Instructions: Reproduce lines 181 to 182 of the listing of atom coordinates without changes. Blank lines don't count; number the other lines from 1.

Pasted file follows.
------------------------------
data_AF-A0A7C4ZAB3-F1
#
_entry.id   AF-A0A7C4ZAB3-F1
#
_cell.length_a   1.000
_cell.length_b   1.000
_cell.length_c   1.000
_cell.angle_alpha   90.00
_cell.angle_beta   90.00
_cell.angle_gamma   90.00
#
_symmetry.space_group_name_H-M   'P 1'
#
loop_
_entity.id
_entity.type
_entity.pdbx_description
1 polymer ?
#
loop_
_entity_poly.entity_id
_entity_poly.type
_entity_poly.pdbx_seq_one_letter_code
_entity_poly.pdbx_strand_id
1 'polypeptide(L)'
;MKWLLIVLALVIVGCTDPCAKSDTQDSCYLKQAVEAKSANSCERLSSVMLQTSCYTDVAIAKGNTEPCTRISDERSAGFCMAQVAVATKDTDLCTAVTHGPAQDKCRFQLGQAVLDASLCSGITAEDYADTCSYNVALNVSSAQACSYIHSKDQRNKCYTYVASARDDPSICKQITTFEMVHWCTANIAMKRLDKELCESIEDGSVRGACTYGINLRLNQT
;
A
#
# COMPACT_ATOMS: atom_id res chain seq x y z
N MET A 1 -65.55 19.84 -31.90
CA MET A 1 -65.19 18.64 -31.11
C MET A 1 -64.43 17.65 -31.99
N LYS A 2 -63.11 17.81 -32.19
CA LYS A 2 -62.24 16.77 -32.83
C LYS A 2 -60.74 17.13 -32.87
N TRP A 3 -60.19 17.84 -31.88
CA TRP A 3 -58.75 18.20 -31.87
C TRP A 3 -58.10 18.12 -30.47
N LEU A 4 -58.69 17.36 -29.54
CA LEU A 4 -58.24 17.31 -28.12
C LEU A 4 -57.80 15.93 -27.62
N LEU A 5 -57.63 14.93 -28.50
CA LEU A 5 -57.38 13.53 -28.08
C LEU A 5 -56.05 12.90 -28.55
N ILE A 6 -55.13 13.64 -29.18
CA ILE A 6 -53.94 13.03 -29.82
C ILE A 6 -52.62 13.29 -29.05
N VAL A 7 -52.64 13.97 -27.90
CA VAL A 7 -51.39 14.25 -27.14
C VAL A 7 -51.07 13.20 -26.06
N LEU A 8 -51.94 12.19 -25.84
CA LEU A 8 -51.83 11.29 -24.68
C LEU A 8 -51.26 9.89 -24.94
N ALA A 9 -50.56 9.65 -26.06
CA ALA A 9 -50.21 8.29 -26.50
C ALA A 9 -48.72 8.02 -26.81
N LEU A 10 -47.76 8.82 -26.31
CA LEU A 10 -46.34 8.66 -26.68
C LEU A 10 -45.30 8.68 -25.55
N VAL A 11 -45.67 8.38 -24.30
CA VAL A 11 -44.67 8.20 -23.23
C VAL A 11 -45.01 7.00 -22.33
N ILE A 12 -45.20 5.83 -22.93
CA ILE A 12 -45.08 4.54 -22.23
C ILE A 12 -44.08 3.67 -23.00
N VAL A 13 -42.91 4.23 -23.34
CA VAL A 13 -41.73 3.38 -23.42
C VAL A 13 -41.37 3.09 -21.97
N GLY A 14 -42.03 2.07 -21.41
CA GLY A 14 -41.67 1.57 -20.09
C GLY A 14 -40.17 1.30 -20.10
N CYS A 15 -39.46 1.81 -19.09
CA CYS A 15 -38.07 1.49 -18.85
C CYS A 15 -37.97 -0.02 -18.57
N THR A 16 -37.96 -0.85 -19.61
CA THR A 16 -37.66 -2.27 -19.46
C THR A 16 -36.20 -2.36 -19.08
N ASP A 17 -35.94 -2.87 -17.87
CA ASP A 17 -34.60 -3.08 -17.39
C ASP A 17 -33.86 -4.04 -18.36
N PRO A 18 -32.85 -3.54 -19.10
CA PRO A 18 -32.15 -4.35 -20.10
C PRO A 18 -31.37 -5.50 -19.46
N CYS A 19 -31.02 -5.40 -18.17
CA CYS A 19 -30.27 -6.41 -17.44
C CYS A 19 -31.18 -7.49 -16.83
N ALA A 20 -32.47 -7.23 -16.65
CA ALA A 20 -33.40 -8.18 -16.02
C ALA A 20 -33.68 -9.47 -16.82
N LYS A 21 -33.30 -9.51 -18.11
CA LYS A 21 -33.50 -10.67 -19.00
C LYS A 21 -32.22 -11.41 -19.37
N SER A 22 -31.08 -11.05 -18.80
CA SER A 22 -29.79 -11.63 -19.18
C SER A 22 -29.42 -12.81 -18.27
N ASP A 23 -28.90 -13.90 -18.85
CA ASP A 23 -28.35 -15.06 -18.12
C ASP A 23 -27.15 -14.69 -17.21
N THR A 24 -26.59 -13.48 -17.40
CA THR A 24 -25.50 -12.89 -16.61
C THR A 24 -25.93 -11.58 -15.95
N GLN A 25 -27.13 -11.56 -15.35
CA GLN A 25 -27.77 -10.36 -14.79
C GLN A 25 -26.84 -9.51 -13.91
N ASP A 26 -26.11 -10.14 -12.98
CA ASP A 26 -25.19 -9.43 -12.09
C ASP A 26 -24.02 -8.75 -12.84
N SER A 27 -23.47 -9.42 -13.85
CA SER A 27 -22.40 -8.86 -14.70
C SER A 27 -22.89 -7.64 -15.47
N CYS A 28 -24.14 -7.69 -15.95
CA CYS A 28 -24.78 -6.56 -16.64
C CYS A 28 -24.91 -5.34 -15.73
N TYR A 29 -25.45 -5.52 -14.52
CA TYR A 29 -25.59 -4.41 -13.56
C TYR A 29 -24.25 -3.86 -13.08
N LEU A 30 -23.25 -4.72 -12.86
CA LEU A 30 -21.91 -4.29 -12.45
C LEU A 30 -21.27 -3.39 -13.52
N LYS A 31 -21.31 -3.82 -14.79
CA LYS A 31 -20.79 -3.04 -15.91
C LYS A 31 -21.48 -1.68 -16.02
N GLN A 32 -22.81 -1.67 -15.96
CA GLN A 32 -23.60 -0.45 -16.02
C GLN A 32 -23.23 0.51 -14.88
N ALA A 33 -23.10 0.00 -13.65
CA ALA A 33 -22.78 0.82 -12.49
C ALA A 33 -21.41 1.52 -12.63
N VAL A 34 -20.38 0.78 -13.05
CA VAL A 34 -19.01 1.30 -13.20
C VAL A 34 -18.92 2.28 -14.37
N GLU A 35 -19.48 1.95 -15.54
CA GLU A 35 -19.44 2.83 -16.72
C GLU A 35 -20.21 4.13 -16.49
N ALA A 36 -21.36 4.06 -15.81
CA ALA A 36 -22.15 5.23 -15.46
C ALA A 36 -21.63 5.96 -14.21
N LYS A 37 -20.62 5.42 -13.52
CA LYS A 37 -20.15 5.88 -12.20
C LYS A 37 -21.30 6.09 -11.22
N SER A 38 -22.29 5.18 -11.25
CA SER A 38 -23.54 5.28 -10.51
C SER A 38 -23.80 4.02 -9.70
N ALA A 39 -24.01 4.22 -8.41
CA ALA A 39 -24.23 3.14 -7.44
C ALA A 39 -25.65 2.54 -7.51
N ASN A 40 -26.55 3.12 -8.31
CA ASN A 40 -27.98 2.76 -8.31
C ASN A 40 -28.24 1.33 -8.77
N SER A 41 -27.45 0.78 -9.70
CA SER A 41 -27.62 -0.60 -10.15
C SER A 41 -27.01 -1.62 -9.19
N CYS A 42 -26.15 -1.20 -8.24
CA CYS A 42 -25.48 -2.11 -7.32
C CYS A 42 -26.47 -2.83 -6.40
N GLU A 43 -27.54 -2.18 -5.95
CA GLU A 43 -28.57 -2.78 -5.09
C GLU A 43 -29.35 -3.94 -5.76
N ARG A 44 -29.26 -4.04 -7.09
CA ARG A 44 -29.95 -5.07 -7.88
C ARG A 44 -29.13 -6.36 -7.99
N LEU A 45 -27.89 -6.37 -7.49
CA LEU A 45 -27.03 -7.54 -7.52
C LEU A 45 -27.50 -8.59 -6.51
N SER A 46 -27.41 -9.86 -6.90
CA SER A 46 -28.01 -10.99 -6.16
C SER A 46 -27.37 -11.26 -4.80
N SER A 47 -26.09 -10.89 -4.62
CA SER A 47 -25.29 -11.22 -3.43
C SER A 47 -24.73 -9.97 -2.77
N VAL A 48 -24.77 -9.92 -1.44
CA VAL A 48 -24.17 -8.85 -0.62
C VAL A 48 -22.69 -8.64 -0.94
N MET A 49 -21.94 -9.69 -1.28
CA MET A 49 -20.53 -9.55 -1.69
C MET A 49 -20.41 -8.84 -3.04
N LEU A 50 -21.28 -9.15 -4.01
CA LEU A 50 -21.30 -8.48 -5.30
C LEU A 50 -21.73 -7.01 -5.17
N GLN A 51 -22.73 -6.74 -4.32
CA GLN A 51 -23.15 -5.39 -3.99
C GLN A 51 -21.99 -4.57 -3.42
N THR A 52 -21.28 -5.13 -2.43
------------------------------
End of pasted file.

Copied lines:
N GLN A 51 -22.73 -6.74 -4.32
CA GLN A 51 -23.15 -5.39 -3.99